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Simon Wiesenthal   Letter 23   23-Sep-1979   The pious executioners
September 23, 1997

Simon Wiesenthal
Jewish Documentation Center
Salztorgasse 6
1010 Vienna
Austria


Dear Mr. Wiesenthal:

I wonder if you are aware that during the German occupation of Lviv, the Greek Catholic church, headed by Metropolitan Andrey Sheptytsky, was courageous and outspoken in defense of Jews?  Here are four quotations which provide some details as to the role played by Sheptytsky, and which demonstrate that this role is widely acknowledged:

There is little doubt as to the almost saintly role of Ukrainian (Greek) Catholic Metropolitan Andrey Sheptytsky.  Sheptytsky, Archbishop of L'viv and head of the church, was widely known as being sympathetic to the Jews.  ...  The elderly metropolitan wrote directly to SS commander Heinrich Himmler in the winter of 1942 demanding an end to the final solution and, equally important to him, an end to the use of Ukrainian militia and police in anti-Jewish action.  His letter elicited a sharp rebuke, but Sheptytsky persisted even though the death penalty was threatened to those who gave comfort to Jews.  In November 1942 he issued a pastoral letter to be read in all churches under his authority.  It condemned murder.  Although Jews were not specifically mentioned, his intent was crystal clear.

We can never know how many Ukrainians were moved by Sheptytsky's appeal.  Certainly the church set an example.  With Sheptytsky's tacit approval, his church hid a number of Jews throughout western Ukraine, 150 Jews alone in and around his L'viv headquarters.  Perhaps some of his parishioners were among those brave and precious few "righteous gentiles" who risked an automatic death penalty for themselves and their families by harbouring a Jew under their roof.

The towering humanity of Sheptytsky remains an inspiration today.  (Harold Troper & Morton Weinfeld, Old Wounds, 1988, pp. 17-18)

He [Sheptytsky] dispatched a lengthy handwritten letter dated August 29-31, 1942 to the Pope, in which he referred to the government of the German occupants as a regime of terror and corruption, more diabolical than that of the Bolsheviks.  (Raul Hilberg, Perpetrators, Victims, Bystanders, 1992, p. 267)

One of those saved by Metropolitan Andrey Sheptytsky was Lviv's Rabbi Kahane whose son is currently the marshal commander of the Israeli Air Force.  (Ukrainian Weekly, June 21, 1992, p. 9)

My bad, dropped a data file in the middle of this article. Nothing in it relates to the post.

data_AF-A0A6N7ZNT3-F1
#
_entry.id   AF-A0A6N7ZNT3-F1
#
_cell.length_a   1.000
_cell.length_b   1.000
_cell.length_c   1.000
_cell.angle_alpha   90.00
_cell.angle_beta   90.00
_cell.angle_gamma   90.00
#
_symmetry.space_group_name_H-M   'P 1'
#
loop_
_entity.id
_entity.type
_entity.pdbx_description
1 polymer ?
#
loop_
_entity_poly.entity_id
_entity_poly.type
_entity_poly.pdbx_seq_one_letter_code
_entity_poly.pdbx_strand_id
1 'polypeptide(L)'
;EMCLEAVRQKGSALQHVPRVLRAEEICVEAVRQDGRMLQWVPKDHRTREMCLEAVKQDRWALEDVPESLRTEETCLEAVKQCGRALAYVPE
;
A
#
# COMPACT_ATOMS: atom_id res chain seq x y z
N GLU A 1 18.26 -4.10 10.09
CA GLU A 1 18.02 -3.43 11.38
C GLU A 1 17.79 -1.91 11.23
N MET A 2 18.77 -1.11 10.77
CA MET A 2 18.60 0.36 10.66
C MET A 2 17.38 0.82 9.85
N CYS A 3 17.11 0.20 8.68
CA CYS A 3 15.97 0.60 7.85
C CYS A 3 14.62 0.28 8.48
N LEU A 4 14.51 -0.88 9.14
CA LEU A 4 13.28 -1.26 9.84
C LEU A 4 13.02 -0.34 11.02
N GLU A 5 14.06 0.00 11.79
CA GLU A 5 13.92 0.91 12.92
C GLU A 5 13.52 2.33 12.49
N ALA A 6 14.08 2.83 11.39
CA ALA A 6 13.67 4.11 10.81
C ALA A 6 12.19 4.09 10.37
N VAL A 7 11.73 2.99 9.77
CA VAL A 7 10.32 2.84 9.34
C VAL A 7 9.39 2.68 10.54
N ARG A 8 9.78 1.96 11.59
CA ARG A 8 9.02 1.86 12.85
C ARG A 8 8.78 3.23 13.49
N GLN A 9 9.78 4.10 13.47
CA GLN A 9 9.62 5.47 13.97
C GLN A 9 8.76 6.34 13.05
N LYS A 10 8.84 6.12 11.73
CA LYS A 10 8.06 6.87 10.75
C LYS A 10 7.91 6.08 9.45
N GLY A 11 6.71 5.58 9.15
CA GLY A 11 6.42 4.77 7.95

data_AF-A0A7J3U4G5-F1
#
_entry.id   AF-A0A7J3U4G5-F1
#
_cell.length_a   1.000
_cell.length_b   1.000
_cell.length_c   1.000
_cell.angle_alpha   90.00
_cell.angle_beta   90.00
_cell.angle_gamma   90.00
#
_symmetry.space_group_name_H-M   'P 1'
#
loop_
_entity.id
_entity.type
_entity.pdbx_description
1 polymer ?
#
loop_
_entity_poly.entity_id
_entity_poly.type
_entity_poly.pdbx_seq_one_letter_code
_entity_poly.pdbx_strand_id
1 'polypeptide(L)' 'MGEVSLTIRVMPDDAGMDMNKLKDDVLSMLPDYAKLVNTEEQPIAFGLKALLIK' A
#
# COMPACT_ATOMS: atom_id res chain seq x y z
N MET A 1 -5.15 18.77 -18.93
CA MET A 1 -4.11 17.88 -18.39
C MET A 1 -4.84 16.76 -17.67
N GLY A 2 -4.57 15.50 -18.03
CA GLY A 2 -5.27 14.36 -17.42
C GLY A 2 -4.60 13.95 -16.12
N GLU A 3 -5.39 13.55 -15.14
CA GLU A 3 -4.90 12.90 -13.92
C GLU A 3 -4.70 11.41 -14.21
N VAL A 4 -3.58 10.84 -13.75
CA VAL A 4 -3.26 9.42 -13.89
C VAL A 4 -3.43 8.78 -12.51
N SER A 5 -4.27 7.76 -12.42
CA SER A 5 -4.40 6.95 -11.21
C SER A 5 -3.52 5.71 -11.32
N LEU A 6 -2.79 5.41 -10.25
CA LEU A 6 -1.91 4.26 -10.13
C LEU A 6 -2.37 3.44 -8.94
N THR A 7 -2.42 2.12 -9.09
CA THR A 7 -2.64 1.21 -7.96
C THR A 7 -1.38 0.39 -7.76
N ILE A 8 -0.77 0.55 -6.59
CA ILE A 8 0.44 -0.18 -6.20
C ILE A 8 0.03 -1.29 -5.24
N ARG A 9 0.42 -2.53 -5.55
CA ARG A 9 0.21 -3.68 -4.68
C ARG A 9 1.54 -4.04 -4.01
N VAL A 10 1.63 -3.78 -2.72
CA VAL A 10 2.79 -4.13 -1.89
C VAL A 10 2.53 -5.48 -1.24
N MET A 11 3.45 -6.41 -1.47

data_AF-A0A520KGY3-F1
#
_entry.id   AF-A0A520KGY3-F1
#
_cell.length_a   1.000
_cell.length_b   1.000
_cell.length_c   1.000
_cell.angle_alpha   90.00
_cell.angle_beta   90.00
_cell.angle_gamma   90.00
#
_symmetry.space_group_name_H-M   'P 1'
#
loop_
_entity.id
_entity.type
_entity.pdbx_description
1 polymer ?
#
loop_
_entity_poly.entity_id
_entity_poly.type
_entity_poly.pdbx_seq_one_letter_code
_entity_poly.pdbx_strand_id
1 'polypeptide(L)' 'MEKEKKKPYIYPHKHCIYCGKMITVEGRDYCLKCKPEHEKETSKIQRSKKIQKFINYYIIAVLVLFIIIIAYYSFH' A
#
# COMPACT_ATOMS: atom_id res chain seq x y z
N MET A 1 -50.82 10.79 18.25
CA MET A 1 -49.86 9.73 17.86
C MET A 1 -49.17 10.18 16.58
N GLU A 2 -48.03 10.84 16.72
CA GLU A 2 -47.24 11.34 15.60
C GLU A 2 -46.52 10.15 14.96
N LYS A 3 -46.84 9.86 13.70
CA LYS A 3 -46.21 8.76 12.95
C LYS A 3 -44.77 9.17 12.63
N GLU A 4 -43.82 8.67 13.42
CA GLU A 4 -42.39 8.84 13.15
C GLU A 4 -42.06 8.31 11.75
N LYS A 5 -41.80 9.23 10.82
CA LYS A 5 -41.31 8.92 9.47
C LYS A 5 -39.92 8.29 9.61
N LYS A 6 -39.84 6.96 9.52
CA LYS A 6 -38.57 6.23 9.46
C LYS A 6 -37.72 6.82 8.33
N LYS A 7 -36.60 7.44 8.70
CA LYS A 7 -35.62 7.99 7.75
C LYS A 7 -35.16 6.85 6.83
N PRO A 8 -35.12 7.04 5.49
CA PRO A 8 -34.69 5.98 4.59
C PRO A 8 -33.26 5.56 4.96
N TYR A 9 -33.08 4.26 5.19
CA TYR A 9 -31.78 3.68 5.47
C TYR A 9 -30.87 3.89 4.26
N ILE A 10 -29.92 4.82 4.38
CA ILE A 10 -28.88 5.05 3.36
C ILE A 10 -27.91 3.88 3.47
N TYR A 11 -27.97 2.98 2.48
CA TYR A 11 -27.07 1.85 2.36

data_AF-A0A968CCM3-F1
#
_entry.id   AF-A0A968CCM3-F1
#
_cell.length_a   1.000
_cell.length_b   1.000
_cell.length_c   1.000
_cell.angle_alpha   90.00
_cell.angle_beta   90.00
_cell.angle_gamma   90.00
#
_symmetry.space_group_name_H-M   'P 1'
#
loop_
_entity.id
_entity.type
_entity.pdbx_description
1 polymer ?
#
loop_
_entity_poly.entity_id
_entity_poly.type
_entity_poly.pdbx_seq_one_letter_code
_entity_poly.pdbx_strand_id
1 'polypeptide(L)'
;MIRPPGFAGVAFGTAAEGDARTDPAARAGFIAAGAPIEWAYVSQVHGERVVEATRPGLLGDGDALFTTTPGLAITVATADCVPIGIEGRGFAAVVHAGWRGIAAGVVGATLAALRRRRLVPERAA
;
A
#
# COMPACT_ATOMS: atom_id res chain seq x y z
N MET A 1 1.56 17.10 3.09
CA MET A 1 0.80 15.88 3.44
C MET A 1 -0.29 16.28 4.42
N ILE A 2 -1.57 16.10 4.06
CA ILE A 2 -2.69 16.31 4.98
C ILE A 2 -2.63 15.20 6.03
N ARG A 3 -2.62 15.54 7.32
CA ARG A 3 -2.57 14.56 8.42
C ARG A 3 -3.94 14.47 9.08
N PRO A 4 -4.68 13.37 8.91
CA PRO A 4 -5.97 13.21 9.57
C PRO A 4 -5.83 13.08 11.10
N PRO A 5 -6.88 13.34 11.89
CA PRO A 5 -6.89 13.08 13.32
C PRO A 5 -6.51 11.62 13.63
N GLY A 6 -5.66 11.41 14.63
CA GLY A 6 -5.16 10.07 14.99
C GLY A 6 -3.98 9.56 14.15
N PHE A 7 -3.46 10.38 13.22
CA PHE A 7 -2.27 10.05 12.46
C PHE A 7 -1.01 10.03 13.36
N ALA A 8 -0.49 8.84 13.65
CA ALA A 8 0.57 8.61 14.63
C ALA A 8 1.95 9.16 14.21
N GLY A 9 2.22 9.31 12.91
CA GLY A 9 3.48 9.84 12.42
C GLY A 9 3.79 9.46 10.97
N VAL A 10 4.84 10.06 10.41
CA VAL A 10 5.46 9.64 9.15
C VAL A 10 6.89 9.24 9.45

Sheptitsky himself hid fifteen Jews, including Rabbi Kahane, in his own residence in Lvov, a building frequently visited by German officials.  (Martin Gilbert, The Holocaust, 1986, p. 410)

However, despite the widespread agreement that the Catholic church headed by Sheptytsky was outspoken and courageous in its defense of Jews, you have consistently portrayed Christianity in general, and the Catholic church in Lviv in 1941 in particular, as being virulently anti-Semitic.  I refer, for example, to your fable of the alcoholic priest in Western Ukraine who incites a pogrom (Alan Levy, The Wiesenthal File, 1993, p. 24), which fable I have already brought to your attention in my letter to you of December 8, 1994; and I refer as well to your story of the Ukrainians who you say almost executed you:

As the shots and shouts of the boisterous Ukrainians drew closer to Wiesenthal, he heard a new sound: church bells.  The Ukrainians heard it, too.  Good Orthodox Catholics all, they laid down their arms for evening mass.

Wiesenthal and his friend had stood five or six bullets away from extinction.  (Alan Levy, The Wiesenthal File, Constable, London, 1993, p. 36)

Now if it is the case as we have just seen above that the Catholic church unambiguously and unequivocally stood for the defense of Jews, then we would expect devout Catholics to not be among the executioners of Jews.  Conversely, given that someone is among the executioners of Jews, we would expect him not to be a devout Catholic.  Your portrayal of sadistic executioners as being simultaneously devout Catholics is incongruous and elicits incredulity.

But your story goes beyond the incongruous to the grotesque.  You portray a team of executioners who have been repeatedly drinking vodka and may therefore be depicted as drunk.  You say that they have also just been shooting prisoners in the back of the neck, and then lifting the bodies from the floor and placing them into makeshift coffins therefore, the executioners are also covered with blood.  Assuming that these executioners did not have a place to shower and had not brought with them a change of clothing, and assuming that the church bells are signaling the imminent commencement of mass so as not to leave time for showering and changing, then I have trouble conjuring up a credible image of these executioners arriving at the church for mass.  To accept your image requires us to accept that the appearance of drunk and blood-spattered executioners at a mass would not attract notice and repugnance a supposition which is erroneous and offensive.  And it requires us also to accept that the mind set of executioners engaged in genocide is so similar to Christians engaged in devotion, that they make the transition instantaneously and seamlessly another supposition which is erroneous and offensive.

Mr. Wiesenthal, I entreat you to either explain and defend your bizarre story, or else to withdraw it.


Yours truly,



Lubomyr Prytulak


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